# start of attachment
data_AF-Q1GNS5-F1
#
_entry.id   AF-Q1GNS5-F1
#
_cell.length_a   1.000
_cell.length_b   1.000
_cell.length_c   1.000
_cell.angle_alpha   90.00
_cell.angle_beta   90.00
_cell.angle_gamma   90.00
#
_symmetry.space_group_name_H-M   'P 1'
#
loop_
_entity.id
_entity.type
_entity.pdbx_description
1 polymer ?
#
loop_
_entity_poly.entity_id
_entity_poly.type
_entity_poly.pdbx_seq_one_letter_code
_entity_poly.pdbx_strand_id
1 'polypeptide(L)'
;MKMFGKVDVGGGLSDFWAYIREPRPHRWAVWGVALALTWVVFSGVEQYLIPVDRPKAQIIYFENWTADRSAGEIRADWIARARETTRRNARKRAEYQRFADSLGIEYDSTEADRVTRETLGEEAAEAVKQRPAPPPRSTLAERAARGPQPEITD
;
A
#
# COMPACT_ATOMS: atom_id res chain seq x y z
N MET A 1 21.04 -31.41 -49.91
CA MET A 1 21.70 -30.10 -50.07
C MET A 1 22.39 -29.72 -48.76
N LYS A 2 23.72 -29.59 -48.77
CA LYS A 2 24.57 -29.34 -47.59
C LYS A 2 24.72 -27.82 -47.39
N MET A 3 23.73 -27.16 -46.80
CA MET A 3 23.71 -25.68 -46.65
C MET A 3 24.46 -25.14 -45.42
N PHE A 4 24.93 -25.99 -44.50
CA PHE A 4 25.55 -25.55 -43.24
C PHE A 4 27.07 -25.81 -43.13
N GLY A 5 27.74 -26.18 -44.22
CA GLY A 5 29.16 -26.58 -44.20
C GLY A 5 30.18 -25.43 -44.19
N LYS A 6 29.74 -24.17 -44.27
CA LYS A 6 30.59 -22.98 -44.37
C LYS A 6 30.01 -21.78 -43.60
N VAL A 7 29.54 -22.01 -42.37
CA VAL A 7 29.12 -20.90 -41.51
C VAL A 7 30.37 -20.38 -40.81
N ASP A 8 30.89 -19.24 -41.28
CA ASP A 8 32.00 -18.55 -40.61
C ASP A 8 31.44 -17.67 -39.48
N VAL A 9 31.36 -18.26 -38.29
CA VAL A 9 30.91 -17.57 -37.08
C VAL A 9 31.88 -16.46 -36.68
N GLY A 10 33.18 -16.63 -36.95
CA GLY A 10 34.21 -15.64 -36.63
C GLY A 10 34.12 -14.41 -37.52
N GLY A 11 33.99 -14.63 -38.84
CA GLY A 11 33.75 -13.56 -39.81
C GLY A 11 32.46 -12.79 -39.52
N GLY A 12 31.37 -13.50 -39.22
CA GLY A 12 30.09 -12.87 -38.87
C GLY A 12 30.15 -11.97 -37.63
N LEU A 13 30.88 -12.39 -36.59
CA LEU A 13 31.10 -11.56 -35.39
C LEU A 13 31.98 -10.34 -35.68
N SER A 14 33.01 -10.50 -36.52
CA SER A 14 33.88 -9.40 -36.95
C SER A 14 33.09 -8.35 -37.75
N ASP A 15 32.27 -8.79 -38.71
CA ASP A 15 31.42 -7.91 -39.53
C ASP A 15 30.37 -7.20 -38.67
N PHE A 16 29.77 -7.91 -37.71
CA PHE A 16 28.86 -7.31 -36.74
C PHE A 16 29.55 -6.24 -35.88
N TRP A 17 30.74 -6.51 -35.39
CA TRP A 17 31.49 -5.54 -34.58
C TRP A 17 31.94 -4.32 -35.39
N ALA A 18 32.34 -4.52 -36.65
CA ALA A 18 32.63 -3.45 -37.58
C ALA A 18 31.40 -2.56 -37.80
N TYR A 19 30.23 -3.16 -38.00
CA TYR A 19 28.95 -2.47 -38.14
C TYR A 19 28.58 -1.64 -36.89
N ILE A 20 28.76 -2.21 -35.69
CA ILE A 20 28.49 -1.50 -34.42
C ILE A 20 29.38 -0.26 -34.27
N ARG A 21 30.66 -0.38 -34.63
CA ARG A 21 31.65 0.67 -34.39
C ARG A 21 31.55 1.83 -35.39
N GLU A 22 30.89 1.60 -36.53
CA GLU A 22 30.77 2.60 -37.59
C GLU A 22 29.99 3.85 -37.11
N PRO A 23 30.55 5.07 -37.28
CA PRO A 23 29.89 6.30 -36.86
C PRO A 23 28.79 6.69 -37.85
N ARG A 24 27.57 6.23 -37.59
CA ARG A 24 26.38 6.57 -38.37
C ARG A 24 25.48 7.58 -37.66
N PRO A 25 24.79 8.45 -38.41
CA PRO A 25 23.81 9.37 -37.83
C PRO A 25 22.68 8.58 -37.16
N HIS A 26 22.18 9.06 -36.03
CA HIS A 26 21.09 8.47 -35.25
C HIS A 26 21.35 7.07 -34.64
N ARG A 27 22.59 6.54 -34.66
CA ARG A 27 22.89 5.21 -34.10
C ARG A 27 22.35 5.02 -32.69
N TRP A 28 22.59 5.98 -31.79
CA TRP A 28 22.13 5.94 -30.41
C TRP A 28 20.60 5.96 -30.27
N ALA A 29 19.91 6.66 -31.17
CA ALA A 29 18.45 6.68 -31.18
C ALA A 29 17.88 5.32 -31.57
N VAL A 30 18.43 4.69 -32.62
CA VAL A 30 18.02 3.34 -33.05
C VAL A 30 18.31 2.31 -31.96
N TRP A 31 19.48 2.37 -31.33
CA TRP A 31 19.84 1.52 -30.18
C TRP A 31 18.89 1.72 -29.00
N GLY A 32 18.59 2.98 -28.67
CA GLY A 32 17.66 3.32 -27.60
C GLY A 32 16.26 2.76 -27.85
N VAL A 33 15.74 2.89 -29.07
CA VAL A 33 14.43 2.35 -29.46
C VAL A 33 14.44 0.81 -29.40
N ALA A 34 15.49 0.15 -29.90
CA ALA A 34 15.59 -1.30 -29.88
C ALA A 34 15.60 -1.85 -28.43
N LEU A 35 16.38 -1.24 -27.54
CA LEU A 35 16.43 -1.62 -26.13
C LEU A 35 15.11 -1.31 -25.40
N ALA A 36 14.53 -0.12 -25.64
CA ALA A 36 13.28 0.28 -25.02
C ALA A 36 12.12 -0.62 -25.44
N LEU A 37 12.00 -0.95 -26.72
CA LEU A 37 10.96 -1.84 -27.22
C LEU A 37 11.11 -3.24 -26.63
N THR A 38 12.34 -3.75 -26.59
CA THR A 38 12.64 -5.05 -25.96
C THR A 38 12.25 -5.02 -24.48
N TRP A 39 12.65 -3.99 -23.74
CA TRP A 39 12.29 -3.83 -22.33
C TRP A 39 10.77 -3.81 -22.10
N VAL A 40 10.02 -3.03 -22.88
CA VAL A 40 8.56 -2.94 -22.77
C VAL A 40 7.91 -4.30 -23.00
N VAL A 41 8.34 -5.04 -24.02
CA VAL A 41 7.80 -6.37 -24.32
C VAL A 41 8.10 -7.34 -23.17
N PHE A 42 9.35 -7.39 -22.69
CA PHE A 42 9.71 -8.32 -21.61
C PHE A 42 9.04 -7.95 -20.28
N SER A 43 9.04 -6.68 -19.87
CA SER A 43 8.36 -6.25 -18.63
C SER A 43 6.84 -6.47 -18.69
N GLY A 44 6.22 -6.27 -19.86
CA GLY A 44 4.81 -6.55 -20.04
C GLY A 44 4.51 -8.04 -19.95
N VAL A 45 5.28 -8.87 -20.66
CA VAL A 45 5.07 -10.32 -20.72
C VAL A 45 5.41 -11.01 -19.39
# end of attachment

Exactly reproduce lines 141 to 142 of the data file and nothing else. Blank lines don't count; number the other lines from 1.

C LEU A 37 11.11 -3.24 -26.63
N THR A 38 12.34 -3.75 -26.59